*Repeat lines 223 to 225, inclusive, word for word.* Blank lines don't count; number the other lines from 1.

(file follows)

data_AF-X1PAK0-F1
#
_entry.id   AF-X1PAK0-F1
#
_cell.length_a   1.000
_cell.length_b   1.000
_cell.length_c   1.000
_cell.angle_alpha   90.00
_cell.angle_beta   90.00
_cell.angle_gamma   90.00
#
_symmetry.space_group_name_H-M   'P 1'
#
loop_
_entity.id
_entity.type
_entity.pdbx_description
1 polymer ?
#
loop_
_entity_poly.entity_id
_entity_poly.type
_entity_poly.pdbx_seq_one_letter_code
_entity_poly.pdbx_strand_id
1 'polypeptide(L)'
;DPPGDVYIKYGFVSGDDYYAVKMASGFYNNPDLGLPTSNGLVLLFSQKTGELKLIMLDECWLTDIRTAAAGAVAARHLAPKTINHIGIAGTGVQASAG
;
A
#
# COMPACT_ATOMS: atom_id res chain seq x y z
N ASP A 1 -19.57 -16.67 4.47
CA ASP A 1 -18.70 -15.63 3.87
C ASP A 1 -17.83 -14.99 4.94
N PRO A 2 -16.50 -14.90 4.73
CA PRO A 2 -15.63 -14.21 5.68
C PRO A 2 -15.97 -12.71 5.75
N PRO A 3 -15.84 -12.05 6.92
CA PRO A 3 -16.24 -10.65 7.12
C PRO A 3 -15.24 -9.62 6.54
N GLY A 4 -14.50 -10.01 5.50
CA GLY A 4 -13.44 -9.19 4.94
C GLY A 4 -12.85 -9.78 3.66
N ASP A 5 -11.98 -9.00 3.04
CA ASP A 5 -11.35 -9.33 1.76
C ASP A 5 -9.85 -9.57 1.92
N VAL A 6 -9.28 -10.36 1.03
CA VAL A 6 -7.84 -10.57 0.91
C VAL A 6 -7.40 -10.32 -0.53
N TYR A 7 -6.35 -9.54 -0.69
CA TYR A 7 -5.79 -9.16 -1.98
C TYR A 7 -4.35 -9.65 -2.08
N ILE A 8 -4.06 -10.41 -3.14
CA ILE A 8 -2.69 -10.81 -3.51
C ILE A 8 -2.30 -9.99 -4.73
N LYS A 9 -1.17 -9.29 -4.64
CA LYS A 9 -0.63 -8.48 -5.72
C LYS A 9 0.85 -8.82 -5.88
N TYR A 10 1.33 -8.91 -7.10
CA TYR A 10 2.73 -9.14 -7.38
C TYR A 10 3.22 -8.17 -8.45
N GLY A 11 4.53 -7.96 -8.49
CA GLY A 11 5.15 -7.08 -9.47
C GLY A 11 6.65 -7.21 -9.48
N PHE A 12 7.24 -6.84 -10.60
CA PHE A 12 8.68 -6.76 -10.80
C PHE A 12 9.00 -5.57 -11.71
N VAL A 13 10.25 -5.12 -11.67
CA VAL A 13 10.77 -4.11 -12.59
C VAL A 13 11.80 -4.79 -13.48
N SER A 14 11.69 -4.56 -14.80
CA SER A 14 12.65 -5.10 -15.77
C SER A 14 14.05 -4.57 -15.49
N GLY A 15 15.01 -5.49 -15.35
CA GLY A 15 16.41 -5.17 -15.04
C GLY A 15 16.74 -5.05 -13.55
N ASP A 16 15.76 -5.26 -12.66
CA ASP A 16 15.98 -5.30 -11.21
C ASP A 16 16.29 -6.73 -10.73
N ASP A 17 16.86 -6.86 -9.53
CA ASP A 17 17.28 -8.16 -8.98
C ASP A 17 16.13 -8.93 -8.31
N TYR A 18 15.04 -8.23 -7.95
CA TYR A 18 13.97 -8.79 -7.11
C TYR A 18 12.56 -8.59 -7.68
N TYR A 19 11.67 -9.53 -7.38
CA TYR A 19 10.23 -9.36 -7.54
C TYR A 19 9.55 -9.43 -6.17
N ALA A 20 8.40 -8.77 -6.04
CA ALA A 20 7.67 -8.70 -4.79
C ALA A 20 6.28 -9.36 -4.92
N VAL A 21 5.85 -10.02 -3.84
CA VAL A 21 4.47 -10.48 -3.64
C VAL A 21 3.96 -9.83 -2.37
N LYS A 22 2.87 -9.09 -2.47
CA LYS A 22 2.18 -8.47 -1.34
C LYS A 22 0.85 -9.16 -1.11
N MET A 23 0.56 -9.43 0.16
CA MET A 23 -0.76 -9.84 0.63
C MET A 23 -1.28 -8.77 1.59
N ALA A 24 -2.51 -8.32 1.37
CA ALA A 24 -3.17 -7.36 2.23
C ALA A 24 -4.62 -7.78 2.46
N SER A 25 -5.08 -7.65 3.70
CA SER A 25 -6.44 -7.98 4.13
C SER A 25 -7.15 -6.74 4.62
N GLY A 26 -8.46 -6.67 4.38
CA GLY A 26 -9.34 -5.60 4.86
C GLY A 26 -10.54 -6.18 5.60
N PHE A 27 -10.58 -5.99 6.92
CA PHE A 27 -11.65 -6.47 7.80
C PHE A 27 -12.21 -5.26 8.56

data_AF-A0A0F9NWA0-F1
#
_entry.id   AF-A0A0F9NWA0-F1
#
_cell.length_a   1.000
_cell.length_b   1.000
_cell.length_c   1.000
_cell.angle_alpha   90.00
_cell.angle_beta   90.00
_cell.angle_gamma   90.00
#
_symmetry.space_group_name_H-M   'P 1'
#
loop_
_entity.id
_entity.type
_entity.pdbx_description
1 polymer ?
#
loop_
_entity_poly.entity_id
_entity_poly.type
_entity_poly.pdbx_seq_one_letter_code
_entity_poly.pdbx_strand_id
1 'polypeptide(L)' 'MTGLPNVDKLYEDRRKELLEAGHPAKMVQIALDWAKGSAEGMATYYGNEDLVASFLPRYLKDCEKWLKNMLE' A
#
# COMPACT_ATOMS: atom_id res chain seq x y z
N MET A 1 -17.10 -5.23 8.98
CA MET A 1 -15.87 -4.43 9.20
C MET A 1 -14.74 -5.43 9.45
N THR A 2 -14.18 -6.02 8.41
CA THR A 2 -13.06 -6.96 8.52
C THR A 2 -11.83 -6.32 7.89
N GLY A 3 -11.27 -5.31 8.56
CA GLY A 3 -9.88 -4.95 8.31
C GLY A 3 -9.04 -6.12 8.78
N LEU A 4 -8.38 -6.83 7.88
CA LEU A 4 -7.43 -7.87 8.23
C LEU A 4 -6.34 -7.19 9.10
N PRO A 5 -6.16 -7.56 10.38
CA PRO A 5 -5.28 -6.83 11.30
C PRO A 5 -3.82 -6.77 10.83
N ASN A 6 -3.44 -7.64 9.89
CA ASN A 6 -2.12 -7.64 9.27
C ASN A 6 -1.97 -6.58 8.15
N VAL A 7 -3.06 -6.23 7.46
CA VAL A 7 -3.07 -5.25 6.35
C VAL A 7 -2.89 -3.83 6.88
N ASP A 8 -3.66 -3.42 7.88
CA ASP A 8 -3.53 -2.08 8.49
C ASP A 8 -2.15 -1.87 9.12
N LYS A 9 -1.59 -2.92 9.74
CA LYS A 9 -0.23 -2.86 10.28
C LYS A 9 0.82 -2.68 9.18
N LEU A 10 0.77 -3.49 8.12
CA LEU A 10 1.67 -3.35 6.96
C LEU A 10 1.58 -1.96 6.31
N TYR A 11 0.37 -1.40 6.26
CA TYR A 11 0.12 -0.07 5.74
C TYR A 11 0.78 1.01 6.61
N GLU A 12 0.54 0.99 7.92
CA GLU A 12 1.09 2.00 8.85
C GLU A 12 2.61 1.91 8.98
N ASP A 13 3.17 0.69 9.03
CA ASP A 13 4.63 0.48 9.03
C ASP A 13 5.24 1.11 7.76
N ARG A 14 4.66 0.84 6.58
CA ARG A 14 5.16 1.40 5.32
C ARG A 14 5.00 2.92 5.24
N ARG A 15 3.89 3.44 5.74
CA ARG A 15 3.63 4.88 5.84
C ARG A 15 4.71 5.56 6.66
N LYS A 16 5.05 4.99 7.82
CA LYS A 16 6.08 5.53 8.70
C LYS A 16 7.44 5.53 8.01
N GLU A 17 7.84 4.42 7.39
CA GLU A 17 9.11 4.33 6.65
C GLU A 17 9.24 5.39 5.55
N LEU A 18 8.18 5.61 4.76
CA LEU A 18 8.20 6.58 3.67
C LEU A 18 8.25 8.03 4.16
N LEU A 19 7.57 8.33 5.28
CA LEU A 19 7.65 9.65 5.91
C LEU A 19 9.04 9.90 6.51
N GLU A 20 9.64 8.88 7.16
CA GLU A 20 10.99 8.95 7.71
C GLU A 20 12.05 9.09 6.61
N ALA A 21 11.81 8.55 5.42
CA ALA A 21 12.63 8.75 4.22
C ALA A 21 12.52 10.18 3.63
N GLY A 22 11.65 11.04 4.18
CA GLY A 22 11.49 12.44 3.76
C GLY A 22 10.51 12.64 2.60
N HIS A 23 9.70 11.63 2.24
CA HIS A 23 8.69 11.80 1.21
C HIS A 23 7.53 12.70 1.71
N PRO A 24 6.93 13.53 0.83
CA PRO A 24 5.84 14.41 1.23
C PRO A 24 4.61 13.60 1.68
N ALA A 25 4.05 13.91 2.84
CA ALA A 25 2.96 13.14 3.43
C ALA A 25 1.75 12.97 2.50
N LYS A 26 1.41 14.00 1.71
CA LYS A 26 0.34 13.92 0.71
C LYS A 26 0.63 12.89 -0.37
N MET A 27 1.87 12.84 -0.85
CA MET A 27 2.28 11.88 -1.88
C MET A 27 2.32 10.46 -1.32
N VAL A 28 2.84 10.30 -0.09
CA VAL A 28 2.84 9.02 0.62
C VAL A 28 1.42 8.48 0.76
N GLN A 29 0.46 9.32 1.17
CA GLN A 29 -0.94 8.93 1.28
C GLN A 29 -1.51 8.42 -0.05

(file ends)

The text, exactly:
N GLN A 29 0.46 9.32 1.17
CA GLN A 29 -0.94 8.93 1.28
C GLN A 29 -1.51 8.42 -0.05